So, I thought it would be cool to try to visualize an abstract of how much a day in the life has changed over the last twenty years. I threw a bunch of fifteen-minute time slots into a spreadsheet and estimated how much of my typical attention was spent focused on personal activities versus business activities from when I awake at six thirty in the morning through to hitting the sack at night, with the maximum focus on one kind of activity being 100%.

The comparison is striking; while there’s still a broad general separation of work and personal time, the boundaries are much more blurred and blended. But what changes multiple times a day is the priority or intensity of focus on one class of task versus the other, and this happens all throughout the day. Business intensity is low when you’re tethered only by a smartphone and email becomes essentially a background task while you’re doing something personal or travelling, and then your business intensity peaks when you’re using your laptop, in a meeting or on a phone call when personal email then shifts down to becoming a background task. But neither class ever shuts down completely.

Compared with what I remember being a typical working day in 1990; before the mobile phone, internet, email or social media, and when in order to do any work at all you needed to be physically located with your all your cow-orkers, at a desk and near a landline telephone – the comparison is pretty stark.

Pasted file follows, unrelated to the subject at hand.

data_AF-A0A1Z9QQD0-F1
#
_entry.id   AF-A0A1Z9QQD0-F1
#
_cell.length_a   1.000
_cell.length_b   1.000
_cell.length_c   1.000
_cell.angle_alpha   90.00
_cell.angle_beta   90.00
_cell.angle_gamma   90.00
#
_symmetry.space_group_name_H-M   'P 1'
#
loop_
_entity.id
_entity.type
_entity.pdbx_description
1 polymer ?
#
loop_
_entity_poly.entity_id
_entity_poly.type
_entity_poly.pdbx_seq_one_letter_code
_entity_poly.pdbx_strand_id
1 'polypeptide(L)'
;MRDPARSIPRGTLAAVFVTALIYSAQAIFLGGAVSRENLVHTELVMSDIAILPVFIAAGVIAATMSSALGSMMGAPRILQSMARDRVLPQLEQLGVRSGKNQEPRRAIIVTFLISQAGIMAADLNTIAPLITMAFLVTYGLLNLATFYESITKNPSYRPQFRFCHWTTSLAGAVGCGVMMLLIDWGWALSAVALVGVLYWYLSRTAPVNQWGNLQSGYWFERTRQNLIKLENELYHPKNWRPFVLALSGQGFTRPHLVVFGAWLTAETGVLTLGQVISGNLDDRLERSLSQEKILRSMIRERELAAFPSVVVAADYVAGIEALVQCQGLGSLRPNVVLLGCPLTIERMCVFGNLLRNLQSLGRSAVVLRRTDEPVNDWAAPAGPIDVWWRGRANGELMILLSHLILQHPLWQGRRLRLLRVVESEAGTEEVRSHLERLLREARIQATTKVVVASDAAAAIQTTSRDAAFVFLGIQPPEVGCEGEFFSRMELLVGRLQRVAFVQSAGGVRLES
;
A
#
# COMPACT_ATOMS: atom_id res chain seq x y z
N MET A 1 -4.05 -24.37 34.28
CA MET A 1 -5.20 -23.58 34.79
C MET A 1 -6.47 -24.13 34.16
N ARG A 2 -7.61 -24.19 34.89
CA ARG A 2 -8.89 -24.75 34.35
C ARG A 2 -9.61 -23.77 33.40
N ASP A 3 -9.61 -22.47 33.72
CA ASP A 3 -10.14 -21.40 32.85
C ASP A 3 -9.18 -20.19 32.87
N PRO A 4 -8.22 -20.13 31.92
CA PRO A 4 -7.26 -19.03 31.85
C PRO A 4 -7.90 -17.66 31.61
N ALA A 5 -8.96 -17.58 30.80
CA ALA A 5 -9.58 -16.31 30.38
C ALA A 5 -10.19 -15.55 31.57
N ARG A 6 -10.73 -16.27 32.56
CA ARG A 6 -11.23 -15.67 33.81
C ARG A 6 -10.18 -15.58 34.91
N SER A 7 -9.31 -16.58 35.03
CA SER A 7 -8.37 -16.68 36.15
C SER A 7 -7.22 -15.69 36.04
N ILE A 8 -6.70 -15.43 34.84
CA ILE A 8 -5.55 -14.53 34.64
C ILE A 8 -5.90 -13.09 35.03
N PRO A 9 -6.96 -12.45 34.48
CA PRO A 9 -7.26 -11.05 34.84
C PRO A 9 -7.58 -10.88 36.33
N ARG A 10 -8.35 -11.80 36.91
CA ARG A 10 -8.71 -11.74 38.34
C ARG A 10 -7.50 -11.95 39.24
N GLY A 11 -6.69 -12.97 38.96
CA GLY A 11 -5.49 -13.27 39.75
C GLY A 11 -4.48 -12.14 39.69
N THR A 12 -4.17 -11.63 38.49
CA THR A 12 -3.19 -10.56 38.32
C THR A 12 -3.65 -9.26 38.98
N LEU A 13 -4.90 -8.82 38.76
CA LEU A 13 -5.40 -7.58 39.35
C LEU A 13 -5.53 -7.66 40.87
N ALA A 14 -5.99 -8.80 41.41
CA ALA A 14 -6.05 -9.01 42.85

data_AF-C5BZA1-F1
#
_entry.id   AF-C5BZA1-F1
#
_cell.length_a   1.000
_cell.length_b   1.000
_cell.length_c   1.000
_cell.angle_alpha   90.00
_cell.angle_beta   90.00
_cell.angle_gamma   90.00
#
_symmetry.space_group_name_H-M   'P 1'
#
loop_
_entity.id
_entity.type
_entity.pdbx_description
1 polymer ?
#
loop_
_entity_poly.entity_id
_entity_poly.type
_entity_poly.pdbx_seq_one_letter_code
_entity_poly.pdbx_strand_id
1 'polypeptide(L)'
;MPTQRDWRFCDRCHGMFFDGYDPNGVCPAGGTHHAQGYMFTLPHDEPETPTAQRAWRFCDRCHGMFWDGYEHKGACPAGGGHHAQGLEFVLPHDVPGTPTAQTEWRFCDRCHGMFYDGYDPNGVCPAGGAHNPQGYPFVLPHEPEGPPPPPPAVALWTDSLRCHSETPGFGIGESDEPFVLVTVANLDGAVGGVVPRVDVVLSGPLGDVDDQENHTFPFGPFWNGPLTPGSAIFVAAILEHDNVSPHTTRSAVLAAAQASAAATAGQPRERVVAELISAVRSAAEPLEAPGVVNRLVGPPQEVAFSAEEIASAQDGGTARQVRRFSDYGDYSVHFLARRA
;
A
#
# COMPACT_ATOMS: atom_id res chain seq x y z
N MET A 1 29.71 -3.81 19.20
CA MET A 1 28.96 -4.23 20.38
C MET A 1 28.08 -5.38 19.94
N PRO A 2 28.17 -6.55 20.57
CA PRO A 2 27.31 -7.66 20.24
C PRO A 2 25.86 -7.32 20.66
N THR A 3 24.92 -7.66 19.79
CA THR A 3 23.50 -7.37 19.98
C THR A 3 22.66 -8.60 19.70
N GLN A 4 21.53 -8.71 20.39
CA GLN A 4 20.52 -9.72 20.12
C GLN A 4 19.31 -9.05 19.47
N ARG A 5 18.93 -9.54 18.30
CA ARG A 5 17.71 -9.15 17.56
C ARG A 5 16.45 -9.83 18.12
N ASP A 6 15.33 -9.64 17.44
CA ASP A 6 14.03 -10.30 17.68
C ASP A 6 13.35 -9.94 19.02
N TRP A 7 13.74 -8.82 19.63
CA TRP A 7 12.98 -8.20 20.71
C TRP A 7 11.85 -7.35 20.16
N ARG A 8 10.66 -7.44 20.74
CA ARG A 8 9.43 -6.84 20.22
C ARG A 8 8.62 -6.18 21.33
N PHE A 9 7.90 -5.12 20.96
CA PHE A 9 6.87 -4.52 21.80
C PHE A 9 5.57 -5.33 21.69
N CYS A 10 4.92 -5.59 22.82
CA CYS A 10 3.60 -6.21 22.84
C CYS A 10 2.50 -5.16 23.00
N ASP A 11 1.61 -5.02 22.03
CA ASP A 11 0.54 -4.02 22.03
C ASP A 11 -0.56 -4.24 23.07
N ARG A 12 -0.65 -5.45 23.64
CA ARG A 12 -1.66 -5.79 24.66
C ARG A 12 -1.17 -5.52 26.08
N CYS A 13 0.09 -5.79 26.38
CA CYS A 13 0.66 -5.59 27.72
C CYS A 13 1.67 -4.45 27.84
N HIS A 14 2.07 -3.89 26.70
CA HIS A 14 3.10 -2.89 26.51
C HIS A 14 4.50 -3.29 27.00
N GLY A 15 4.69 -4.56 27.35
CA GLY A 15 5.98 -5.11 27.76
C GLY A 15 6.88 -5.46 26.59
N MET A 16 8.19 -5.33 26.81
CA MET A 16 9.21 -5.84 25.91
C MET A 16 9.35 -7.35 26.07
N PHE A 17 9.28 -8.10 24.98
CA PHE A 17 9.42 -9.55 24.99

In 1990 you would submerge into the office at 9am, essentially isolated from your personal lives unless there was some family emergency, sit with your co-workers and focus 100% to compress everything you needed to do into generally unbroken blocks of time. You’d then come up for air at 1pm – at the same time as everyone else to regulate the downtime efficiently – which was your only chance to visit the bank to pay personal bills (no internet or telephone banking then) or run any errands. You’d finish up around 5pm and if you ever took work home with you then you were considered either a workaholic or sucking up big-time for a promotion.

In 2010 you’re only totally off the grid when you are asleep.

You’re handling email 30 seconds after you’re awake, handling personal bills or ordering flowers for your wife between calls, dropping out for three minutes to wish a friend ‘happy birthday’ on FaceBook, dealing with email while waiting to pick your kids up from school or pushing a shopping cart around on a Saturday afternoon.

Of course, all this exercise did is visualize estimated attention or focus, not personal productivity. But it’s probably fair to say that if productivity could be charted, it would be several magnitudes greater than in 1990.